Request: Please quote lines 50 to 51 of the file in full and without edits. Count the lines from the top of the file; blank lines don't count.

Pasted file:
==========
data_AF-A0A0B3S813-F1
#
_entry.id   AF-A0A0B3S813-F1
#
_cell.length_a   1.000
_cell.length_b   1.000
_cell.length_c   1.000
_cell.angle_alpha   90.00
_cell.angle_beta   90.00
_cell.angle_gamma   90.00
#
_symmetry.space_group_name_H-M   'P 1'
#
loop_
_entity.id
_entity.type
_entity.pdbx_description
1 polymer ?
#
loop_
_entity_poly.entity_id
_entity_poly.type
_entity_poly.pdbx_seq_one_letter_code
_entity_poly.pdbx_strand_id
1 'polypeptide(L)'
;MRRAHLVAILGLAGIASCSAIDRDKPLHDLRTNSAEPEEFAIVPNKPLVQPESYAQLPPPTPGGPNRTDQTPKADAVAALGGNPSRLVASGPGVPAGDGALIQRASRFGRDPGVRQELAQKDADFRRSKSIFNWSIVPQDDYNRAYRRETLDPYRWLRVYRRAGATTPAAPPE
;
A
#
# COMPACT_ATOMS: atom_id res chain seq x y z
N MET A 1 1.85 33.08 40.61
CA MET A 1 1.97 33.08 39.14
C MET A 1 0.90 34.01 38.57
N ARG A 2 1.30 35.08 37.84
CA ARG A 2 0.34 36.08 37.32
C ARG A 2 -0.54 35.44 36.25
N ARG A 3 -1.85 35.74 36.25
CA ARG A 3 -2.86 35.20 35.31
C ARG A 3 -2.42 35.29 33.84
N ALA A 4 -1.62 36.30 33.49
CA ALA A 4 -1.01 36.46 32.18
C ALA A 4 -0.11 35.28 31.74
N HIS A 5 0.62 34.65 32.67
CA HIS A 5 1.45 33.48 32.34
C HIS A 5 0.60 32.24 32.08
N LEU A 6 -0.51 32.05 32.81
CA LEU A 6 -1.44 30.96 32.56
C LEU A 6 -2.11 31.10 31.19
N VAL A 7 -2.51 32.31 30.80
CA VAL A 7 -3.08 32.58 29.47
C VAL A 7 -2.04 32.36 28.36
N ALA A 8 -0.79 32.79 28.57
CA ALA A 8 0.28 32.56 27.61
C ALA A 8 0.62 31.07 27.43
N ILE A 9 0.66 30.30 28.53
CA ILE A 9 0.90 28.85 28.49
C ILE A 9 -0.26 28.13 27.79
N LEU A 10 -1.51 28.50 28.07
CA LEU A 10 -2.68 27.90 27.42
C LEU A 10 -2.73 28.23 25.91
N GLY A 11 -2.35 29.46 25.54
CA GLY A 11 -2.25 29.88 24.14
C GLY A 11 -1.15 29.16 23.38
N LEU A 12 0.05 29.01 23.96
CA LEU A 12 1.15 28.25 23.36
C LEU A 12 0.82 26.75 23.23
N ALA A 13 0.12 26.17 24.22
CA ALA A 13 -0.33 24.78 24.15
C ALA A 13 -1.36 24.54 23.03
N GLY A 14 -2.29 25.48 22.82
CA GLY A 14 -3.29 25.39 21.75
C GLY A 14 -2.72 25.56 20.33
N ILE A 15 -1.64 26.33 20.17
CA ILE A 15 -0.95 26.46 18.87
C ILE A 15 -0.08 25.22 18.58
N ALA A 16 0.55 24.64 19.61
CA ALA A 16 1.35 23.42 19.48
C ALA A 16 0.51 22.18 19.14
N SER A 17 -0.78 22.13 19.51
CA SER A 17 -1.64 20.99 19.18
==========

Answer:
CA VAL A 7 -3.08 32.58 29.47
C VAL A 7 -2.04 32.36 28.36